What is the Luther Bible?

Luther Bible
Question: "What is the Luther Bible?"

Answer:
The Luther Bible is a German-language Bible translated from Hebrew and ancient Greek by Martin Luther, Philip Melanchthon, and many other assistants. Like all the Reformers, Luther believed that the Bible was the one true source of our knowledge of God’s will and that God’s Word should be made available to everyone in a language they could understand. The New Testament of the Luther Bible was published in 1522, and the entire Bible was released in 1534.

Luther had studied at the University of Erfurt, where he gained a good knowledge of Hebrew, Greek, and Latin. He also had an in-depth knowledge of the German language in its political or diplomatic use. However, when seeking to find the correct way to translate a phrase from the ancient languages into everyday German, Luther would often spend time among the locals and listen to them speak. Luther wrote of his method: “Listening to them teaches one how to speak and how to translate—then they will understand you and know how to speak your language” (An Open Letter on Translating, 1530). Like any translator, Luther faced a challenging task. In order to remain true to what he was called to do, he stayed as close as possible to the original texts in Hebrew and Greek, and he was also keenly aware of the biblical text’s poetry and musicality.

As early as 1517, Luther had already translated some parts of the Bible, such as the penitential psalms, the Ten Commandments, the Lord’s Prayer, and the Magnificat. On May 4, 1521, Frederick the Wise brought Luther to the Wartburg Castle for his own safety, hoping to thwart the plans of those seeking Luther’s death by taking Luther out of the limelight. During his time in seclusion, Luther devoted himself to the task of translating the New Testament, which he based on Erasmus’s second-edition Greek text (1517) and finished in eleven weeks. This translation was later edited by Melanchthon and other specialists and printed in Wittenberg on September 21, 1522. The Das Newe Testament Deutzsch was tremendously popular in Protestant areas. The September Bibel (“September Bible”), as it was also called, sold an estimated five thousand copies in the first two months alone.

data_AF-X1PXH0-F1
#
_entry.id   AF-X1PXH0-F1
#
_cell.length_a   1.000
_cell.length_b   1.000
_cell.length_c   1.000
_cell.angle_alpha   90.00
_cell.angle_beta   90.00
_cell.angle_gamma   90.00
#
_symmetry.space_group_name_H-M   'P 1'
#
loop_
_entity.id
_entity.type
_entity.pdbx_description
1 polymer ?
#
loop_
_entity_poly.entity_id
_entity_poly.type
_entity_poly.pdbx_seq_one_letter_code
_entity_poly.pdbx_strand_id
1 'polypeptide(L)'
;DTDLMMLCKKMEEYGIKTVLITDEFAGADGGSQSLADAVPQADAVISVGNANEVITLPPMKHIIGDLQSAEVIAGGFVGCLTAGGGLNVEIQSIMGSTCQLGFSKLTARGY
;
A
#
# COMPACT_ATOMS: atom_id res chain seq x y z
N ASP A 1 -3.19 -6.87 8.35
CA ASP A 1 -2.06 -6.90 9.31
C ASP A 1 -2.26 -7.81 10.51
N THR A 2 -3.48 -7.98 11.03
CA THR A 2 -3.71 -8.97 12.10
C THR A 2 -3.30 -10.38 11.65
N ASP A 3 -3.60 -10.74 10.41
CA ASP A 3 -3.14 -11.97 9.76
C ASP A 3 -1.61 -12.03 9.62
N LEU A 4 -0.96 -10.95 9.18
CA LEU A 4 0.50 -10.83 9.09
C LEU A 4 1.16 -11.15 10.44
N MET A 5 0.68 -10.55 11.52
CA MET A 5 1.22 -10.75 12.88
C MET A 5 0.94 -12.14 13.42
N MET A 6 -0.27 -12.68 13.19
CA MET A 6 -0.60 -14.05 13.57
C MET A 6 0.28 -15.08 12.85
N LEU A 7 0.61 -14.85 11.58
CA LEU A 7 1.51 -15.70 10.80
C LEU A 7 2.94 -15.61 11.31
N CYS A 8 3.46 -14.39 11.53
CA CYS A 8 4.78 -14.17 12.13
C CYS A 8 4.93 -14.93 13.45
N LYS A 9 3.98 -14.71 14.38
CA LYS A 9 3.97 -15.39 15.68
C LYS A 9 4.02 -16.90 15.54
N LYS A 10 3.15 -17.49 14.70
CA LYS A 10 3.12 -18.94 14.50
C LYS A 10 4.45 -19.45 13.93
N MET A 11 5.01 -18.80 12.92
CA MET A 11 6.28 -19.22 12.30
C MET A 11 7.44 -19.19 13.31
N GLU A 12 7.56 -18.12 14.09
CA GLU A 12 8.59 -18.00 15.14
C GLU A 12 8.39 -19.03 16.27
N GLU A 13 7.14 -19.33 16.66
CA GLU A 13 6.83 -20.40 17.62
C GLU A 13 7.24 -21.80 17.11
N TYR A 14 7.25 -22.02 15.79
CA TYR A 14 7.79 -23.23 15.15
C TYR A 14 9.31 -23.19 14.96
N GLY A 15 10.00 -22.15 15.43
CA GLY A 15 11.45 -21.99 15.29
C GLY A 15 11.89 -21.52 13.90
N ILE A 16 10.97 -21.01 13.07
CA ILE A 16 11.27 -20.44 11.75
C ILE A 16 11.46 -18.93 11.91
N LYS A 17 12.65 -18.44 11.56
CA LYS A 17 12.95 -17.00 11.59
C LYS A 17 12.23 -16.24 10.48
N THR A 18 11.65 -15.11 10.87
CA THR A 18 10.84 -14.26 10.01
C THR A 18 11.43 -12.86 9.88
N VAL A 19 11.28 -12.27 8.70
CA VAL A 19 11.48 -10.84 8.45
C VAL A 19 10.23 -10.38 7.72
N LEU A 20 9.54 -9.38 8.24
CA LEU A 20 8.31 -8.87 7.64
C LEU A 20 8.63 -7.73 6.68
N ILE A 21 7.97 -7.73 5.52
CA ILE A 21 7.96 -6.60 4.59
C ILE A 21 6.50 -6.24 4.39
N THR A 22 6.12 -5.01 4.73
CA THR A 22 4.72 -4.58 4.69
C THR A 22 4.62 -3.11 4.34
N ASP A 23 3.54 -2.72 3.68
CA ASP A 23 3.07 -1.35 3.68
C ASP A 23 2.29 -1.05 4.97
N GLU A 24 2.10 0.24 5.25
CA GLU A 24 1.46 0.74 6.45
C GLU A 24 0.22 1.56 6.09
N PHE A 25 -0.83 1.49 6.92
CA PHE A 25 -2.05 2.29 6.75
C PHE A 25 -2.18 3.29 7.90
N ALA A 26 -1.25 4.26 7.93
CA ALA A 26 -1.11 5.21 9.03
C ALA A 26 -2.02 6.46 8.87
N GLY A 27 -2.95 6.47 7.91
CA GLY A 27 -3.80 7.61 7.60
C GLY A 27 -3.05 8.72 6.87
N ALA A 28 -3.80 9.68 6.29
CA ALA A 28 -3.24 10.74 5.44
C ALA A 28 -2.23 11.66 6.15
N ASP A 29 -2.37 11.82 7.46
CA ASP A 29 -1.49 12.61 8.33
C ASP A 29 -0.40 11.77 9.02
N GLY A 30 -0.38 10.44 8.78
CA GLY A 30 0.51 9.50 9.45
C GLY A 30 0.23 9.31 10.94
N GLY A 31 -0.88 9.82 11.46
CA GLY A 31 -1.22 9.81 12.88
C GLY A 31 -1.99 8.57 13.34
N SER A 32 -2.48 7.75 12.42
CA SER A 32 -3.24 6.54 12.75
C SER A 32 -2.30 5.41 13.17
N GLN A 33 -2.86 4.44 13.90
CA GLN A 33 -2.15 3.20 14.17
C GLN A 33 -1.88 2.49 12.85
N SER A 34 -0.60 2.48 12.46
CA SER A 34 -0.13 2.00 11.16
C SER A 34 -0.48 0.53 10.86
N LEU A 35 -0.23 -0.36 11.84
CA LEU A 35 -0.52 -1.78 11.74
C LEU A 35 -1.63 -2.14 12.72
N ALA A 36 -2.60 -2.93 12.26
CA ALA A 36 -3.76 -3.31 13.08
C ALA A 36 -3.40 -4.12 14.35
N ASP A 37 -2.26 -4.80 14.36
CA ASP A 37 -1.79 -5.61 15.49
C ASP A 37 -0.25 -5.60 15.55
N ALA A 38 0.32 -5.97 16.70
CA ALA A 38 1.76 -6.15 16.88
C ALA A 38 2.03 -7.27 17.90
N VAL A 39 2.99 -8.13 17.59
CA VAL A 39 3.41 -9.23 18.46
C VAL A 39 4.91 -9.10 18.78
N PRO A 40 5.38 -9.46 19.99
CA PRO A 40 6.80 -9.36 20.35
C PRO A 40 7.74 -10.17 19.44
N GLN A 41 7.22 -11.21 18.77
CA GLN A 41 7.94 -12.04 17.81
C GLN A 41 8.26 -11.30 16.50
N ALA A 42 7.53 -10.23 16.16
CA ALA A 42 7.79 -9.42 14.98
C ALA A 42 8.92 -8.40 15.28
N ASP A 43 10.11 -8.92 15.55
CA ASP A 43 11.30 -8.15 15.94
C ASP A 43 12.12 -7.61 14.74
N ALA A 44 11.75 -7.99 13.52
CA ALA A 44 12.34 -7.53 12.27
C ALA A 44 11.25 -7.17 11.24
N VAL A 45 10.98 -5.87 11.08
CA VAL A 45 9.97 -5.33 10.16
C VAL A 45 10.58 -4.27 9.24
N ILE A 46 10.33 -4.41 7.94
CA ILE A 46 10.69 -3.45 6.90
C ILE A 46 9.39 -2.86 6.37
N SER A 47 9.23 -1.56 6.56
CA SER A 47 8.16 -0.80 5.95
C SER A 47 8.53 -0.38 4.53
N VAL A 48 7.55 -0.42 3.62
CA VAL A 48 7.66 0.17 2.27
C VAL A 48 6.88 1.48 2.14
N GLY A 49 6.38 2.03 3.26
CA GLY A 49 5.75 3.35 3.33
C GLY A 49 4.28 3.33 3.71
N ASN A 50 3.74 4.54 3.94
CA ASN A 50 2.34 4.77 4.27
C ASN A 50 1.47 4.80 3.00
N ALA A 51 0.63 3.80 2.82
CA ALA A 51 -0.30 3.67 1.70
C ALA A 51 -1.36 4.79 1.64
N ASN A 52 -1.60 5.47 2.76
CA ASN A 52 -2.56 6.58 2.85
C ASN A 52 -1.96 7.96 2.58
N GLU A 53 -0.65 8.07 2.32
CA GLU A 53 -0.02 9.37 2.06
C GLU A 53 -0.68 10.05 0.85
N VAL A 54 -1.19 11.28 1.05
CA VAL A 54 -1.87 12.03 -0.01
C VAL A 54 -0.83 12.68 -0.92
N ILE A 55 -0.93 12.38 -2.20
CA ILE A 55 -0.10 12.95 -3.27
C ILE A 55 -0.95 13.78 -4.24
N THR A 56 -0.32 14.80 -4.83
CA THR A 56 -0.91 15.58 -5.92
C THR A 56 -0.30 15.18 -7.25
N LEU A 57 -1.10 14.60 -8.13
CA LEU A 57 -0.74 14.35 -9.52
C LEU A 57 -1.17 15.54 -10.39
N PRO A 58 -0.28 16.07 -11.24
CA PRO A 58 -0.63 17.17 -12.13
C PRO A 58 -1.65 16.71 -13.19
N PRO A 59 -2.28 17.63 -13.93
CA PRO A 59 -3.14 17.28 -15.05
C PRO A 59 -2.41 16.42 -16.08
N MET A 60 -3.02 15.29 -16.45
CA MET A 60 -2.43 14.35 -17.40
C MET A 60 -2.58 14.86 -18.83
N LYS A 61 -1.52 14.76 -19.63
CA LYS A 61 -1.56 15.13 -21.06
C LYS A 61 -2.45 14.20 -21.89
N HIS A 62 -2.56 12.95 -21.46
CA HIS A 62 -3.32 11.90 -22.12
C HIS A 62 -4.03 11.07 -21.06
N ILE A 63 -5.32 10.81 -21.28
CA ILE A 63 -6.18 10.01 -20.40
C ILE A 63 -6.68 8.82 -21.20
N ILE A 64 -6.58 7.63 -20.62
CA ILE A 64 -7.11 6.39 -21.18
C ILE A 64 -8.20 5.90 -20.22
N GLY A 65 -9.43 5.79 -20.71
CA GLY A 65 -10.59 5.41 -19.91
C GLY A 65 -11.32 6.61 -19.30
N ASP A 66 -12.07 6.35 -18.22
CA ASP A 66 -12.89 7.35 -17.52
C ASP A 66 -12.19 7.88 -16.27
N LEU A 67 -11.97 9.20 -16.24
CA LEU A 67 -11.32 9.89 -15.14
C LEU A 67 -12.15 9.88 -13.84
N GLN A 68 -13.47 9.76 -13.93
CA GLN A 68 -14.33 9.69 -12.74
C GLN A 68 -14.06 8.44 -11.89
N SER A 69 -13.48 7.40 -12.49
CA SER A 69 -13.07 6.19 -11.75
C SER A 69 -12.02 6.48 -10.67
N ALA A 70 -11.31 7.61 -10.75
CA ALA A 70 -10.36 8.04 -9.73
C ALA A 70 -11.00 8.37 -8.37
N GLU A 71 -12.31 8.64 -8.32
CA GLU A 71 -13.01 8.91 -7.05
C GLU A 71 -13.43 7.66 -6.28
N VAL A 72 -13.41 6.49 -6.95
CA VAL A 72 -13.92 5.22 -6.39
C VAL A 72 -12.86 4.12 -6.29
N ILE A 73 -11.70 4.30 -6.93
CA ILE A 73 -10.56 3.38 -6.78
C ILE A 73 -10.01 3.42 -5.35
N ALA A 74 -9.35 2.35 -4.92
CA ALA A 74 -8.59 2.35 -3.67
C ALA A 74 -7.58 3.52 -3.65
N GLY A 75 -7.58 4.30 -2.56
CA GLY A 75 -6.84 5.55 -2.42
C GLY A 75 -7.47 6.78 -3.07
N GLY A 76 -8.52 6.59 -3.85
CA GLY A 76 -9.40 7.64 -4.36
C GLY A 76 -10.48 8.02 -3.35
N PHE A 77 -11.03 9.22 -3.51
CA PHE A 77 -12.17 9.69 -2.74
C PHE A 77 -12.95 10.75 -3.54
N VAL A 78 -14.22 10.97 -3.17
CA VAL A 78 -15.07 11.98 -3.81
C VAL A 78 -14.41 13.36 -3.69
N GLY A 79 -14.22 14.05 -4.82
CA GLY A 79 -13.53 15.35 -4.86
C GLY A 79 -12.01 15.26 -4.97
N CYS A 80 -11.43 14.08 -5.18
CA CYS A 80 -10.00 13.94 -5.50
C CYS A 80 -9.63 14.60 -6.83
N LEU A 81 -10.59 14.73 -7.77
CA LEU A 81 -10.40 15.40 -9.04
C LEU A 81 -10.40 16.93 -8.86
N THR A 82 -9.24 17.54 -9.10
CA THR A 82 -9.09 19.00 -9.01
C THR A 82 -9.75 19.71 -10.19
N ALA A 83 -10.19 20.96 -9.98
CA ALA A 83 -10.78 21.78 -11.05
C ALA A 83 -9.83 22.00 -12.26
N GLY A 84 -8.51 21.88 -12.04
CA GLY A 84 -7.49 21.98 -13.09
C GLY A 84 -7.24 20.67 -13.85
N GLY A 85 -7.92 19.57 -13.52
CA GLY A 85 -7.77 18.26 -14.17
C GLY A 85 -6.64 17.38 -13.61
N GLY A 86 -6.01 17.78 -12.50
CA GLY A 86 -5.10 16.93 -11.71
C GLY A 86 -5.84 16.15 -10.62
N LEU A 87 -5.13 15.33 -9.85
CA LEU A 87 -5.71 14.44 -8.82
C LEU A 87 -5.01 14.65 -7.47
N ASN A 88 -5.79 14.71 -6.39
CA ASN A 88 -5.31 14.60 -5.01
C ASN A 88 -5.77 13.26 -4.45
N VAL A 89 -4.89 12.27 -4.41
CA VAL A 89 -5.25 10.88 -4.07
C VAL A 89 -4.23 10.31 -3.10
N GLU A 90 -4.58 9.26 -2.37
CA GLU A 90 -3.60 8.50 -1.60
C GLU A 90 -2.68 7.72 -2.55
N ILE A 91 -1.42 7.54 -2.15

In 1523 Martin Luther translated the Pentateuch into German, and in 1524 the Psalms, based on the Hebrew Old Testament and the Greek Septuagint. Then, with a group of translators who met weekly, Luther translated all the other books in the Old Testament, as well as the deuterocanonical books. The full Bible was completed in 1534. The first edition of the Luther Bible soon sold out, but many more editions followed during Luther’s lifetime.

The publication of the Luther Bible was considered a typographical masterpiece, with some editions containing woodcuts from Lucas Cranach’s workshop and selections from Albrecht Durer’s famous Apocalypse series. In 1546, a half a million copies of the Luther Bible, published in 93 cities, were in circulation. The average cost was 2 florins, approximately US$24.00 in today’s currency.

The Luther Bible was a great success and was vital to the spread of the Reformation in German-speaking countries as more and more people could read for themselves what God had said. Luther’s work also had a considerable impact on the transformation of German into the modern, unified language we see today. Although Luther’s 1534 translation has been extensively revised, the version in current use by German speakers today still largely reflects the Reformer’s theology.

Recommended Resource: How to Choose a Translation for All Its Worth: A Guide to Understanding and Using Bible Versions by Gordon D. Fee & Mark L. Strauss

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